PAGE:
Kyoto initiated stage three of the story, by formally committing governments to drastic reductions in their CO2 emissions. But the treaty still had to be ratified and this seemed a good way off, not least thanks to its rejection in 1997 by the US Senate, despite the best attempts of Mr Gore.

Not the least of his efforts was his bid to suppress an article co-authored by Dr Revelle just before his death. Gore didn’t want it to be known that his guru had urged that the global warming thesis should be viewed with more caution.

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One response to “The deceit behind global warming

  1. Came across this today…

    There’s gold in green: profiting from climate change

    The double standards of our eco accountants

    By Ben Pile • Get more from this author

    Posted in Environment, 3rd December 2008 14:30 GMT

    Join The Register’s expert panel live from 2:30pm today

    Imagine an unpopular, impotent, and fragile UK Government, trying to make political capital out of a looming crisis. To avoid being embarrassed by criticism of its shallow policies, it appoints an independent panel of experts, to which it defers controversial decisions. Now imagine that the panel proposes measures from which its members and their associates will directly benefit.

    It couldn’t happen here, you may think. Scandal and resignations would surely follow. Who could possibly allow vested interests to profit from the legislation they are instrumental in creating?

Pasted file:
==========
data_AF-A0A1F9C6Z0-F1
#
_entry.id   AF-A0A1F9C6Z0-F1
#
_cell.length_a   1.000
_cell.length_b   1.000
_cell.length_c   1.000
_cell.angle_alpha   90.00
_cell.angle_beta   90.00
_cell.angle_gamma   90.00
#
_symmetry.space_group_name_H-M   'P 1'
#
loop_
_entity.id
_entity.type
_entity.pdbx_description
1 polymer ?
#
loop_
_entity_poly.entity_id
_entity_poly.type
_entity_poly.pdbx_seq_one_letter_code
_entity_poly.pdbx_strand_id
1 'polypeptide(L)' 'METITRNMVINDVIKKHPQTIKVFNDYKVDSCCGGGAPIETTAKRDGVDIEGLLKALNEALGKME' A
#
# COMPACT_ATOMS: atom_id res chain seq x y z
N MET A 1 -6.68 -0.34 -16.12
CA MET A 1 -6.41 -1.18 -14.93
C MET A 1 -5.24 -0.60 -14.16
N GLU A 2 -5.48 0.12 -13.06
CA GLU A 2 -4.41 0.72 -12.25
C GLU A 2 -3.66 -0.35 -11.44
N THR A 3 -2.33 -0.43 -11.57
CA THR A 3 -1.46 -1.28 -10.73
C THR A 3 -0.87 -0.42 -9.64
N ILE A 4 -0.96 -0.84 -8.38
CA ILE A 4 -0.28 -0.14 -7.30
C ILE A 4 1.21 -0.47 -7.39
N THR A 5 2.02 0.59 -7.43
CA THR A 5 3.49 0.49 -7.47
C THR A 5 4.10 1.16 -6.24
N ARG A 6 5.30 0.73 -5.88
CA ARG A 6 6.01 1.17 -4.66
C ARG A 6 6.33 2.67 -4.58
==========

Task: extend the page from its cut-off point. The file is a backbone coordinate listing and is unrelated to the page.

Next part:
This week, an independent panel of experts called the Climate Change Committee (CCC) published the details of its recent advice to Parliament that the UK should reduce its CO2 emissions by 80 per cent by 2050.

    There’s no doubt there’s money to be made from this new legislation, which was passed last week. A recent conference, given the title ‘Cashing in on Carbon’ was, in its own words, “aimed squarely at investment banks, investors and major compliance buyers and is focused on how they can profit today from an increasingly diverse range of carbon-related investment opportunities”.

    Amongst these bean-counters-turned-Gaia-botherers were representatives from IDEAcarbon, which offers carbon market intelligence, ratings and advice to governments, organisations and companies. Climate Change Committee member, Samuel Fankhauser, a former climate change economist for the World Bank, is the company’s managing director, strategic advice. IDEAcarbon’s parent company, IDEAglobal, appointed Nicholas Stern, author of the highly influential Stern Review on the Economics of Climate Change and former chief economist at the World Bank, as vice chairman, last year.

    The group has its eyes on the carbon market, which it says “grew from $10bn to $34bn between 2005 and 2006”, and projects to be worth well over $100bn in the future.

    A “carbon market” is built on the idea that, if greenhouse gas emissions are capped by law, then the legal right to emit these gasses becomes a commodity that can be traded. But without legislation, there can be no market, as IDEAcarbon (pdf) acknowledges:

    The global carbon market is moving into a critical new phase of development. If it is to succeed over the long term, both in its role in reducing carbon emissions and as a financial market in its own right, legislators need to provide certainty of a regulatory framework that will be robust, flexible, and valid over the long term.
    The company’s website is surprisingly candid about the influence it exerts over the UK Government:

    Working with the key decision makers who are shaping the future of the market enables us to accurately predict market trends and provide tailored strategic advice to clients.

    In other words, the interests of investors and national policy makers must be aligned. And it would be most fortunate if they were one and the same.

    Continues below

    http://www.theregister.co.uk/2008/12/03/climate_change_committee_double_standards/